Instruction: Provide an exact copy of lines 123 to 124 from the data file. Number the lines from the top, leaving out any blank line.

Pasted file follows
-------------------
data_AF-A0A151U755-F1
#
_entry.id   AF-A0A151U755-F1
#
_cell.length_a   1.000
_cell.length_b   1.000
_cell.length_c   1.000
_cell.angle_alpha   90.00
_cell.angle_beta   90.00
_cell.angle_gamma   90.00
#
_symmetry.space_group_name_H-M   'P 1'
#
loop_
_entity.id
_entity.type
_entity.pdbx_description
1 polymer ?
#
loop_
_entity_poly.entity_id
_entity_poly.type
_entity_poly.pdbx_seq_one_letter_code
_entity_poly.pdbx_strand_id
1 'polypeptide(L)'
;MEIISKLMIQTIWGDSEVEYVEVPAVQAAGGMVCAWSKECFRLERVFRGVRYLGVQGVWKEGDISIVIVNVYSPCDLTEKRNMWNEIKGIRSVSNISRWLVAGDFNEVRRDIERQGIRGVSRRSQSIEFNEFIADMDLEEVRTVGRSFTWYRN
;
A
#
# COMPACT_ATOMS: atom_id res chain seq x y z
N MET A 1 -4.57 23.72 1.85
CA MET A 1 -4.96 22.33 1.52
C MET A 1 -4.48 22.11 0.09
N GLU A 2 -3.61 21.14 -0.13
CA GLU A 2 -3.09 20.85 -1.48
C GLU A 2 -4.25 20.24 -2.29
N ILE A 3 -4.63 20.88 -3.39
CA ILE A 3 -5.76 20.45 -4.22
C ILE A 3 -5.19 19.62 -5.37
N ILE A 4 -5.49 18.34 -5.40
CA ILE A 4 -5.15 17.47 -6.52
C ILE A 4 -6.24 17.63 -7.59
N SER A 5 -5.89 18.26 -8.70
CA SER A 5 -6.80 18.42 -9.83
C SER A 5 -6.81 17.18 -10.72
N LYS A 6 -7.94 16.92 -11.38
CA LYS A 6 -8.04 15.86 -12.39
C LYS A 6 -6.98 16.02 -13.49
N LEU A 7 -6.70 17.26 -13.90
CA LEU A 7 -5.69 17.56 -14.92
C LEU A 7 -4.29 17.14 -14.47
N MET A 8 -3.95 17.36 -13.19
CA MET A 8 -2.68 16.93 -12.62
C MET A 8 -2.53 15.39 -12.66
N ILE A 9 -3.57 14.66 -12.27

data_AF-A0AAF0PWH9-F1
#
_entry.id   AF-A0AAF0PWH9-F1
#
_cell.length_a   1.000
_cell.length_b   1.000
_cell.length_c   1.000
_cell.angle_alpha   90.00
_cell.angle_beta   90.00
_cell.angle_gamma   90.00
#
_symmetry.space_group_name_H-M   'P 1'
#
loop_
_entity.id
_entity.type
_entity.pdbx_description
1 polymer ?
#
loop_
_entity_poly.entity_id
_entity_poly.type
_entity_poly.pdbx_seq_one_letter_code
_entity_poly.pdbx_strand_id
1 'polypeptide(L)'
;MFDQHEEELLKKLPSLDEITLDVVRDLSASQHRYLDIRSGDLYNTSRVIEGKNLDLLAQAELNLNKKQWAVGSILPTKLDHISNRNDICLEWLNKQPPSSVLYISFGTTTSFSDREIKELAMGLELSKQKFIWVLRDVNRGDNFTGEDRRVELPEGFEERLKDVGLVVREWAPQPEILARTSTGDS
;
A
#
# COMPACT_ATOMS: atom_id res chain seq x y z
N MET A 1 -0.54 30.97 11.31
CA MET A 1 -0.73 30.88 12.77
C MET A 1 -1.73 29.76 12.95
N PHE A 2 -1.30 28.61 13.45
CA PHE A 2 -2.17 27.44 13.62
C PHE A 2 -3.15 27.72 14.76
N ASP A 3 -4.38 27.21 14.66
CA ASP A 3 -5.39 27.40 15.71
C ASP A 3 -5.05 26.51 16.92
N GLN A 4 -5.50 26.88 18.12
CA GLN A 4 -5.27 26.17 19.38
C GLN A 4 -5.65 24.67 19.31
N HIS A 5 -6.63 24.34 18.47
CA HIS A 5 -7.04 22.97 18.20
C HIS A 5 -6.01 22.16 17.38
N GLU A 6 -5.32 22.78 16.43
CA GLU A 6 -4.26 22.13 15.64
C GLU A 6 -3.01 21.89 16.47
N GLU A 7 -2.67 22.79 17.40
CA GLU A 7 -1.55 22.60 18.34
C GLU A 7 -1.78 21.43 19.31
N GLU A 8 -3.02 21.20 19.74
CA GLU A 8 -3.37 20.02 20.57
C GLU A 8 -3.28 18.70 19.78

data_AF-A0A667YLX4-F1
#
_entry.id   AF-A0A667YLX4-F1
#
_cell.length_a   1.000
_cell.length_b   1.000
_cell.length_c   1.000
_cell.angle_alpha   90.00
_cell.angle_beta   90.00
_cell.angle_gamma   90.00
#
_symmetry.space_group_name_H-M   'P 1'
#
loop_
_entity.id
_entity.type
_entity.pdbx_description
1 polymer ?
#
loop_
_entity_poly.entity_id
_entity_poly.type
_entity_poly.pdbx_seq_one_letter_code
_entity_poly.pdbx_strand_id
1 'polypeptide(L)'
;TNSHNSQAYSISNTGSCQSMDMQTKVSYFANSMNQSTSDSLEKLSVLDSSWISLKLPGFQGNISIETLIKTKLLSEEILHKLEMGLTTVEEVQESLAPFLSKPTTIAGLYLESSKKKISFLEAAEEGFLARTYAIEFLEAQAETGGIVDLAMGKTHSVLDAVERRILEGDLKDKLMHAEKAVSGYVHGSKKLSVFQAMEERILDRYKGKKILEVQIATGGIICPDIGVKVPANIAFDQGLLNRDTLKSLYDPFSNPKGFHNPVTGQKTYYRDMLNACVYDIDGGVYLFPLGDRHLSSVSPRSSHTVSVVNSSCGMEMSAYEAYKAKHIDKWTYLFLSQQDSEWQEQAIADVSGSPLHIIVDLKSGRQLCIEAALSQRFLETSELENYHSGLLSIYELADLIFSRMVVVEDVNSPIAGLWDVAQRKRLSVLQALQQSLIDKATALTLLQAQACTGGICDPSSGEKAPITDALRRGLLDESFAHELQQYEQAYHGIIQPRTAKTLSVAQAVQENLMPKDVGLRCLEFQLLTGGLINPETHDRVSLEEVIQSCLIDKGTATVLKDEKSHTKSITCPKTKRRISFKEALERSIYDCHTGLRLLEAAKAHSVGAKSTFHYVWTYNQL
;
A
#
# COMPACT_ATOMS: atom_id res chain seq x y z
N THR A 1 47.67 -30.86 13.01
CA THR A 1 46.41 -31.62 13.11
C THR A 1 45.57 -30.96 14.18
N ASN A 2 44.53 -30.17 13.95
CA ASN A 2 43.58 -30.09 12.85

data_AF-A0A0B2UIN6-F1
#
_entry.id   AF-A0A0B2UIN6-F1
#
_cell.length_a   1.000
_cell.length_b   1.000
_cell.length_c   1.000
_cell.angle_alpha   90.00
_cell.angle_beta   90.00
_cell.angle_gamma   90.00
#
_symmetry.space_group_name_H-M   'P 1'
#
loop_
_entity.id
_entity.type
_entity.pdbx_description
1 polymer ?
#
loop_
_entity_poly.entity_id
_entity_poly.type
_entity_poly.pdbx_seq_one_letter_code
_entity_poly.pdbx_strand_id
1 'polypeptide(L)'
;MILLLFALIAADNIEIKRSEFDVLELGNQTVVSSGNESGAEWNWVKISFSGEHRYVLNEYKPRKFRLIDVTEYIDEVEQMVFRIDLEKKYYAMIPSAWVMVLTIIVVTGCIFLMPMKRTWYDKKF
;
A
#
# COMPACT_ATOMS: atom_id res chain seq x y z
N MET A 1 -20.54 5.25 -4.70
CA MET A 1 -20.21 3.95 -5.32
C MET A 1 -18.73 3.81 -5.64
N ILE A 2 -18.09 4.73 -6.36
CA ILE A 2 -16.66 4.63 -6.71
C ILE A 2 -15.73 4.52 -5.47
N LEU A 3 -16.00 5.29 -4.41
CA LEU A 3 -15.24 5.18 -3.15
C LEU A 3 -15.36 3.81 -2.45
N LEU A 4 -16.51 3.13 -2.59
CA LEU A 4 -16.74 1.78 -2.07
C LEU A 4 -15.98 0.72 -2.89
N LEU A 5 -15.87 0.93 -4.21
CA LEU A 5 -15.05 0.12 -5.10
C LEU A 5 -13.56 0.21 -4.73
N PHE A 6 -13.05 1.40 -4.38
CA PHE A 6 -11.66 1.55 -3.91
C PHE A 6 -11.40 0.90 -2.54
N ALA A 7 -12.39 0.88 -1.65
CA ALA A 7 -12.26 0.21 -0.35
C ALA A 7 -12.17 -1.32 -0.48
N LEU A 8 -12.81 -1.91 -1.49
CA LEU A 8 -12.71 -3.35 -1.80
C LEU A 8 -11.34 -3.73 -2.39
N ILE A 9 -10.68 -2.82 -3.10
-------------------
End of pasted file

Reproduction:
loop_
_entity.id